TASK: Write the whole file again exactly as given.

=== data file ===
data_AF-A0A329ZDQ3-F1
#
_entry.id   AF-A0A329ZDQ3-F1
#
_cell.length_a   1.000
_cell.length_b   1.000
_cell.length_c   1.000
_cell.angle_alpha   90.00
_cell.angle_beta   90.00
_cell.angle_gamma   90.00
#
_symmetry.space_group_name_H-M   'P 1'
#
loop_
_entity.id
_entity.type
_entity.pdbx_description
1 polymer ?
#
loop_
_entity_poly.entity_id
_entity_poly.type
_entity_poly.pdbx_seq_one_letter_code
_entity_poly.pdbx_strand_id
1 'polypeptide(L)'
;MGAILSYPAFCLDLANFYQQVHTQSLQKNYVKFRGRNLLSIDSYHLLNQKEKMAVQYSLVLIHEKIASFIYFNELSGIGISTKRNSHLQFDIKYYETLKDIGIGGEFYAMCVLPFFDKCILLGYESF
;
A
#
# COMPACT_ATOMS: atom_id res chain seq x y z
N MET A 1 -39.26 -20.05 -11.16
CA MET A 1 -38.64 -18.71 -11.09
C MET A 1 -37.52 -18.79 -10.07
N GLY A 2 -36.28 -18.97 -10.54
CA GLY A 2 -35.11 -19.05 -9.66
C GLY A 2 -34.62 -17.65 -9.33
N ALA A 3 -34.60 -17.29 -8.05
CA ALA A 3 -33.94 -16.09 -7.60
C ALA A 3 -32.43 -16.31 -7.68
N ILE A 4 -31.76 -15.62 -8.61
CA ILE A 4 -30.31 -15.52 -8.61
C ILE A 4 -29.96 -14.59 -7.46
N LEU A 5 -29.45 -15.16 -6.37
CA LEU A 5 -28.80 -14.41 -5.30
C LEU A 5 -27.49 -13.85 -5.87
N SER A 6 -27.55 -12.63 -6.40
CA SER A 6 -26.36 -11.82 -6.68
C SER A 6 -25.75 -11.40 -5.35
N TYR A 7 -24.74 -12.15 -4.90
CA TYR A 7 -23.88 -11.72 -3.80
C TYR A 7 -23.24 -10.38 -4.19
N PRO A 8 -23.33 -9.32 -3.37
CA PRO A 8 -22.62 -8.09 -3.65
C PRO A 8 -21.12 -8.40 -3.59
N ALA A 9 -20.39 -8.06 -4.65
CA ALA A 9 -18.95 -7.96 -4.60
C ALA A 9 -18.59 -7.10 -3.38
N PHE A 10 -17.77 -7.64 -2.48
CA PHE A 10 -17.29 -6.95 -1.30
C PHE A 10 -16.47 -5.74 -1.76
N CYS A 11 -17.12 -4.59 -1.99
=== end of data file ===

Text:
data_AF-A0A329ZDQ3-F1
#
_entry.id   AF-A0A329ZDQ3-F1
#
_cell.length_a   1.000
_cell.length_b   1.000
_cell.length_c   1.000
_cell.angle_alpha   90.00
_cell.angle_beta   90.00
_cell.angle_gamma   90.00
#
_symmetry.space_group_name_H-M   'P 1'
#
loop_
_entity.id
_entity.type
_entity.pdbx_description
1 polymer ?
#
loop_
_entity_poly.entity_id
_entity_poly.type
_entity_poly.pdbx_seq_one_letter_code
_entity_poly.pdbx_strand_id
1 'polypeptide(L)'
;MGAILSYPAFCLDLANFYQQVHTQSLQKNYVKFRGRNLLSIDSYHLLNQKEKMAVQYSLVLIHEKIASFIYFNELSGIGISTKRNSHLQFDIKYYETLKDIGIGGEFYAMCVLPFFDKCILLGYESF
;
A
#
# COMPACT_ATOMS: atom_id res chain seq x y z
N MET A 1 -39.26 -20.05 -11.16
CA MET A 1 -38.64 -18.71 -11.09
C MET A 1 -37.52 -18.79 -10.07
N GLY A 2 -36.28 -18.97 -10.54
CA GLY A 2 -35.11 -19.05 -9.66
C GLY A 2 -34.62 -17.65 -9.33
N ALA A 3 -34.60 -17.29 -8.05
CA ALA A 3 -33.94 -16.09 -7.60
C ALA A 3 -32.43 -16.31 -7.68
N ILE A 4 -31.76 -15.62 -8.61
CA ILE A 4 -30.31 -15.52 -8.61
C ILE A 4 -29.96 -14.59 -7.46
N LEU A 5 -29.45 -15.16 -6.37
CA LEU A 5 -28.80 -14.41 -5.30
C LEU A 5 -27.49 -13.85 -5.87
N SER A 6 -27.55 -12.63 -6.40
CA SER A 6 -26.36 -11.82 -6.68
C SER A 6 -25.75 -11.40 -5.35
N TYR A 7 -24.74 -12.15 -4.90
CA TYR A 7 -23.88 -11.72 -3.80
C TYR A 7 -23.24 -10.38 -4.19
N PRO A 8 -23.33 -9.32 -3.37
CA PRO A 8 -22.62 -8.09 -3.65
C PRO A 8 -21.12 -8.40 -3.59
N ALA A 9 -20.39 -8.06 -4.65
CA ALA A 9 -18.95 -7.96 -4.60
C ALA A 9 -18.59 -7.10 -3.38
N PHE A 10 -17.77 -7.64 -2.48
CA PHE A 10 -17.29 -6.95 -1.30
C PHE A 10 -16.47 -5.74 -1.76
N CYS A 11 -17.12 -4.59 -1.99